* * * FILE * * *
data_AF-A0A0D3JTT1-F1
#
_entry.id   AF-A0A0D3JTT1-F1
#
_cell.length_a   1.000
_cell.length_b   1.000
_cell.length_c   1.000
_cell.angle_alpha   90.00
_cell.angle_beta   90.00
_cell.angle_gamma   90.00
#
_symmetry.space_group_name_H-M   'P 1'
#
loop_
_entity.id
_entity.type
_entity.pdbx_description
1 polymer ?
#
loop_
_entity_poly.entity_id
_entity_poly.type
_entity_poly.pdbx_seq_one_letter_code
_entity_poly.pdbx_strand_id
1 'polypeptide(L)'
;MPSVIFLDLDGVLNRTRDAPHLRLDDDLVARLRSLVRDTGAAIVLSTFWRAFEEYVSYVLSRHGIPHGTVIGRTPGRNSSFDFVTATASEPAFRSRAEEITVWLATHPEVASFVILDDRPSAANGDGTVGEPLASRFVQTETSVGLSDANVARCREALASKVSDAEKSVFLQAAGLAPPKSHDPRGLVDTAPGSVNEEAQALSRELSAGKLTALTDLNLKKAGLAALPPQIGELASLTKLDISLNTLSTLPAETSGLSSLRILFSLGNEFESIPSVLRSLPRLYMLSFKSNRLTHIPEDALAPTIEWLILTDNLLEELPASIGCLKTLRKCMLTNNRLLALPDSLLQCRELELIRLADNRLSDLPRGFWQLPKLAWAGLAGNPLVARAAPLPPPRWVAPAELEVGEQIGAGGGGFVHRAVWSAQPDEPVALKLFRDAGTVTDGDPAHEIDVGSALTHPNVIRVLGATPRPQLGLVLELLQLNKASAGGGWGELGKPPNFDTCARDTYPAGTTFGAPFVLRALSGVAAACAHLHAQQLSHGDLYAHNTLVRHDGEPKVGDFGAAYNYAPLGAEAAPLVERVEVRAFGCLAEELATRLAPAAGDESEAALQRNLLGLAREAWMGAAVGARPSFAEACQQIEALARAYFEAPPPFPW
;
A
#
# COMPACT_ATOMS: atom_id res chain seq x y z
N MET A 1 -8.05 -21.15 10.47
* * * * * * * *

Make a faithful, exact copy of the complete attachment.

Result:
data_AF-A0A0D3JTT1-F1
#
_entry.id   AF-A0A0D3JTT1-F1
#
_cell.length_a   1.000
_cell.length_b   1.000
_cell.length_c   1.000
_cell.angle_alpha   90.00
_cell.angle_beta   90.00
_cell.angle_gamma   90.00
#
_symmetry.space_group_name_H-M   'P 1'
#
loop_
_entity.id
_entity.type
_entity.pdbx_description
1 polymer ?
#
loop_
_entity_poly.entity_id
_entity_poly.type
_entity_poly.pdbx_seq_one_letter_code
_entity_poly.pdbx_strand_id
1 'polypeptide(L)'
;MPSVIFLDLDGVLNRTRDAPHLRLDDDLVARLRSLVRDTGAAIVLSTFWRAFEEYVSYVLSRHGIPHGTVIGRTPGRNSSFDFVTATASEPAFRSRAEEITVWLATHPEVASFVILDDRPSAANGDGTVGEPLASRFVQTETSVGLSDANVARCREALASKVSDAEKSVFLQAAGLAPPKSHDPRGLVDTAPGSVNEEAQALSRELSAGKLTALTDLNLKKAGLAALPPQIGELASLTKLDISLNTLSTLPAETSGLSSLRILFSLGNEFESIPSVLRSLPRLYMLSFKSNRLTHIPEDALAPTIEWLILTDNLLEELPASIGCLKTLRKCMLTNNRLLALPDSLLQCRELELIRLADNRLSDLPRGFWQLPKLAWAGLAGNPLVARAAPLPPPRWVAPAELEVGEQIGAGGGGFVHRAVWSAQPDEPVALKLFRDAGTVTDGDPAHEIDVGSALTHPNVIRVLGATPRPQLGLVLELLQLNKASAGGGWGELGKPPNFDTCARDTYPAGTTFGAPFVLRALSGVAAACAHLHAQQLSHGDLYAHNTLVRHDGEPKVGDFGAAYNYAPLGAEAAPLVERVEVRAFGCLAEELATRLAPAAGDESEAALQRNLLGLAREAWMGAAVGARPSFAEACQQIEALARAYFEAPPPFPW
;
A
#
# COMPACT_ATOMS: atom_id res chain seq x y z
N MET A 1 -8.05 -21.15 10.47